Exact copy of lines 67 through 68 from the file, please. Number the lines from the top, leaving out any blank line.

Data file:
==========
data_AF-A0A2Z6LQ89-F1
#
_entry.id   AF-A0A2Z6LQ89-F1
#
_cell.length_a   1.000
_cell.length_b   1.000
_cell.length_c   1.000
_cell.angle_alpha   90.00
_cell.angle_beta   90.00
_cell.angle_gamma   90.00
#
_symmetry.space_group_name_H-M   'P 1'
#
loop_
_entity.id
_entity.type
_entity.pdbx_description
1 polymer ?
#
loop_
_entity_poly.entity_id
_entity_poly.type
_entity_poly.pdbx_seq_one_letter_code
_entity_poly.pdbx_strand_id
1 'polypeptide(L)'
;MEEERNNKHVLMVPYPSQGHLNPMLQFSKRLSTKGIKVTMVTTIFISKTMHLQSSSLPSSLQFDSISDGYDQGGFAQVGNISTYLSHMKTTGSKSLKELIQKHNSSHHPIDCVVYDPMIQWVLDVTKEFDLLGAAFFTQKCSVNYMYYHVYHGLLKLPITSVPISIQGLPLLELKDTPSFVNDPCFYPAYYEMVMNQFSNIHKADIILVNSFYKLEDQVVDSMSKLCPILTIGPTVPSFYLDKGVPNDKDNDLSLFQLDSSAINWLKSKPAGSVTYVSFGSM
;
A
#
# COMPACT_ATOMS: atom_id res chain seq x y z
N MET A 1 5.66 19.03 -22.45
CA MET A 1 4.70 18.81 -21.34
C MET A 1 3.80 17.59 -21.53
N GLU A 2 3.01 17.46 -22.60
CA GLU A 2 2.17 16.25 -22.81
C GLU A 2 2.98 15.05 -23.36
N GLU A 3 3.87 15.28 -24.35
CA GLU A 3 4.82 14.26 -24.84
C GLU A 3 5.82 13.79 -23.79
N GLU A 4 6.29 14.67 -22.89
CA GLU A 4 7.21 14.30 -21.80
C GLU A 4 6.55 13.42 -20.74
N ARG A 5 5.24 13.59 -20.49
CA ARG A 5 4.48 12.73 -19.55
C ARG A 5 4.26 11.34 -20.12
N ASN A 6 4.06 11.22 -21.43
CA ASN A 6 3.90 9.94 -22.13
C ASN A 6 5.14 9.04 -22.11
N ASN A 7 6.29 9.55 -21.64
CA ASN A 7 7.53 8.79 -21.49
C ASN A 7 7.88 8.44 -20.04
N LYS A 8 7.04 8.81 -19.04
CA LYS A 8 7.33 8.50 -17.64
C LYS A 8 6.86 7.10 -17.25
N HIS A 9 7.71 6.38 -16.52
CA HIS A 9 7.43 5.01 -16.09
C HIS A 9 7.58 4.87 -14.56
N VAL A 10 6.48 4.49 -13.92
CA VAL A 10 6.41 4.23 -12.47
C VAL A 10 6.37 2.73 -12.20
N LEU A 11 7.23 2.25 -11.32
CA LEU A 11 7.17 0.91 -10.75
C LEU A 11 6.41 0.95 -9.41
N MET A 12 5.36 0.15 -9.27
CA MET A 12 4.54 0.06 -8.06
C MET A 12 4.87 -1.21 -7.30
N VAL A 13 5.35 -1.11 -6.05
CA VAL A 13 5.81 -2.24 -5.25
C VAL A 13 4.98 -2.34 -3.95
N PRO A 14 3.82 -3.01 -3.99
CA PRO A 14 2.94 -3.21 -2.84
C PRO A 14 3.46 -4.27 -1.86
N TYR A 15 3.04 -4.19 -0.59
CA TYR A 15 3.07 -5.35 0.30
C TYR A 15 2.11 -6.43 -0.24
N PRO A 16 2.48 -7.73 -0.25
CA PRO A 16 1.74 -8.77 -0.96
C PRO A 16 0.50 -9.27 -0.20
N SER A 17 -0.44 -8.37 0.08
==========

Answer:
N VAL A 13 5.35 -1.11 -6.05
CA VAL A 13 5.81 -2.24 -5.25